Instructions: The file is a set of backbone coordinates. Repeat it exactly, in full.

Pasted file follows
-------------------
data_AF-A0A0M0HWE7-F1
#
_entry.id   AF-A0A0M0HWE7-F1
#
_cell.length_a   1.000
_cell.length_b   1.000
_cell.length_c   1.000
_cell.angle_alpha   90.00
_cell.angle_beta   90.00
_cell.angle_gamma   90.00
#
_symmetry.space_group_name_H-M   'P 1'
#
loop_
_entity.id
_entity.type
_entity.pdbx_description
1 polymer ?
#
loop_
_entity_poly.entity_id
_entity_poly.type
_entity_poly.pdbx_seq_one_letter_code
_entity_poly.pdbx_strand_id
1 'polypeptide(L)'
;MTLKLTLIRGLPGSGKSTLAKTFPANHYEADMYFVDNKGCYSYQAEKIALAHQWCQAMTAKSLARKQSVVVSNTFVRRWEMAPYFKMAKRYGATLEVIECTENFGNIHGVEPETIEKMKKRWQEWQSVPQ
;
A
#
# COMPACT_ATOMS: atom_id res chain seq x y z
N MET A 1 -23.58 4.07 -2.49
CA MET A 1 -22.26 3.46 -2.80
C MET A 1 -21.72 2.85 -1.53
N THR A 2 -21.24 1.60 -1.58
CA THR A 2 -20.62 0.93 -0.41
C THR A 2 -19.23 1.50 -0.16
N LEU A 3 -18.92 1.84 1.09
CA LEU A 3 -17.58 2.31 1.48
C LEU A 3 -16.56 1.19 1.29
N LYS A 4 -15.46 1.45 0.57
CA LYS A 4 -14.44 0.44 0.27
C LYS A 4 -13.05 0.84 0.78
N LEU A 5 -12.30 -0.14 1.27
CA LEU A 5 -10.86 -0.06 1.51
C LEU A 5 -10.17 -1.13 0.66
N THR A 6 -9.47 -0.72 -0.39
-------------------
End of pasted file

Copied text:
data_AF-A0A0M0HWE7-F1
#
_entry.id   AF-A0A0M0HWE7-F1
#
_cell.length_a   1.000
_cell.length_b   1.000
_cell.length_c   1.000
_cell.angle_alpha   90.00
_cell.angle_beta   90.00
_cell.angle_gamma   90.00
#
_symmetry.space_group_name_H-M   'P 1'
#
loop_
_entity.id
_entity.type
_entity.pdbx_description
1 polymer ?
#
loop_
_entity_poly.entity_id
_entity_poly.type
_entity_poly.pdbx_seq_one_letter_code
_entity_poly.pdbx_strand_id
1 'polypeptide(L)'
;MTLKLTLIRGLPGSGKSTLAKTFPANHYEADMYFVDNKGCYSYQAEKIALAHQWCQAMTAKSLARKQSVVVSNTFVRRWEMAPYFKMAKRYGATLEVIECTENFGNIHGVEPETIEKMKKRWQEWQSVPQ
;
A
#
# COMPACT_ATOMS: atom_id res chain seq x y z
N MET A 1 -23.58 4.07 -2.49
CA MET A 1 -22.26 3.46 -2.80
C MET A 1 -21.72 2.85 -1.53
N THR A 2 -21.24 1.60 -1.58
CA THR A 2 -20.62 0.93 -0.41
C THR A 2 -19.23 1.50 -0.16
N LEU A 3 -18.92 1.84 1.09
CA LEU A 3 -17.58 2.31 1.48
C LEU A 3 -16.56 1.19 1.29
N LYS A 4 -15.46 1.45 0.57
CA LYS A 4 -14.44 0.44 0.27
C LYS A 4 -13.05 0.84 0.78
N LEU A 5 -12.30 -0.14 1.27
CA LEU A 5 -10.86 -0.06 1.51
C LEU A 5 -10.17 -1.13 0.66
N THR A 6 -9.47 -0.72 -0.39